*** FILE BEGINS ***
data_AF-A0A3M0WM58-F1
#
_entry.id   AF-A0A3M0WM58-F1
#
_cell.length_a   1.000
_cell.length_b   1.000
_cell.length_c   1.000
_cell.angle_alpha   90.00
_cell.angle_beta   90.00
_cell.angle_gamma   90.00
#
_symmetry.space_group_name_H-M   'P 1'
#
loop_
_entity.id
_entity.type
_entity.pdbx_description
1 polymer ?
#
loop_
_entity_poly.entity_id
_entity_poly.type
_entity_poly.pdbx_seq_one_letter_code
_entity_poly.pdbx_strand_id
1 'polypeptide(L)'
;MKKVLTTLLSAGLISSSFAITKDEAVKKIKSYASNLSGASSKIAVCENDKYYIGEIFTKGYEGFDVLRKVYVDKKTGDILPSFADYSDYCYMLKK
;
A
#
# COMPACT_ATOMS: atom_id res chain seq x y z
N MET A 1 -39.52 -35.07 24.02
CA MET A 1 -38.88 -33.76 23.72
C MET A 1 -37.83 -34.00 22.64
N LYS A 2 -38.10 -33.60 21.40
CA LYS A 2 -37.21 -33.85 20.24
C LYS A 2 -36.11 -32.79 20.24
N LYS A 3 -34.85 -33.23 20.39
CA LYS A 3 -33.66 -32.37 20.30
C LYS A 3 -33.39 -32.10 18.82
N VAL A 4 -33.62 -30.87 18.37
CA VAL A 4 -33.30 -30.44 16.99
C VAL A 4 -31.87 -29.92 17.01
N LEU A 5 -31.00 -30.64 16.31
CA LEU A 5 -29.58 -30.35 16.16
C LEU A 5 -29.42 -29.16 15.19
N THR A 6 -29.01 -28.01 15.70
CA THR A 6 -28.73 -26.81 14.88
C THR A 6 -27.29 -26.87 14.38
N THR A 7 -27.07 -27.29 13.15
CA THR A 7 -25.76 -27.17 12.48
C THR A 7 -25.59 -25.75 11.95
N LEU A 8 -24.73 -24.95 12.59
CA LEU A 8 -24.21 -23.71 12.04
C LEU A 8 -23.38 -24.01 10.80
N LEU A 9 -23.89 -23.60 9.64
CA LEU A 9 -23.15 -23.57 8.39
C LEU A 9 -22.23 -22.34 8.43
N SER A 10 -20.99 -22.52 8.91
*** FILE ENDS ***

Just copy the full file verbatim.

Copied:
data_AF-A0A3M0WM58-F1
#
_entry.id   AF-A0A3M0WM58-F1
#
_cell.length_a   1.000
_cell.length_b   1.000
_cell.length_c   1.000
_cell.angle_alpha   90.00
_cell.angle_beta   90.00
_cell.angle_gamma   90.00
#
_symmetry.space_group_name_H-M   'P 1'
#
loop_
_entity.id
_entity.type
_entity.pdbx_description
1 polymer ?
#
loop_
_entity_poly.entity_id
_entity_poly.type
_entity_poly.pdbx_seq_one_letter_code
_entity_poly.pdbx_strand_id
1 'polypeptide(L)'
;MKKVLTTLLSAGLISSSFAITKDEAVKKIKSYASNLSGASSKIAVCENDKYYIGEIFTKGYEGFDVLRKVYVDKKTGDILPSFADYSDYCYMLKK
;
A
#
# COMPACT_ATOMS: atom_id res chain seq x y z
N MET A 1 -39.52 -35.07 24.02
CA MET A 1 -38.88 -33.76 23.72
C MET A 1 -37.83 -34.00 22.64
N LYS A 2 -38.10 -33.60 21.40
CA LYS A 2 -37.21 -33.85 20.24
C LYS A 2 -36.11 -32.79 20.24
N LYS A 3 -34.85 -33.23 20.39
CA LYS A 3 -33.66 -32.37 20.30
C LYS A 3 -33.39 -32.10 18.82
N VAL A 4 -33.62 -30.87 18.37
CA VAL A 4 -33.30 -30.44 16.99
C VAL A 4 -31.87 -29.92 17.01
N LEU A 5 -31.00 -30.64 16.31
CA LEU A 5 -29.58 -30.35 16.16
C LEU A 5 -29.42 -29.16 15.19
N THR A 6 -29.01 -28.01 15.70
CA THR A 6 -28.73 -26.81 14.88
C THR A 6 -27.29 -26.87 14.38
N THR A 7 -27.07 -27.29 13.15
CA THR A 7 -25.76 -27.17 12.48
C THR A 7 -25.59 -25.75 11.95
N LEU A 8 -24.73 -24.95 12.59
CA LEU A 8 -24.21 -23.71 12.04
C LEU A 8 -23.38 -24.01 10.80
N LEU A 9 -23.89 -23.60 9.64
CA LEU A 9 -23.15 -23.57 8.39
C LEU A 9 -22.23 -22.34 8.43
N SER A 10 -20.99 -22.52 8.91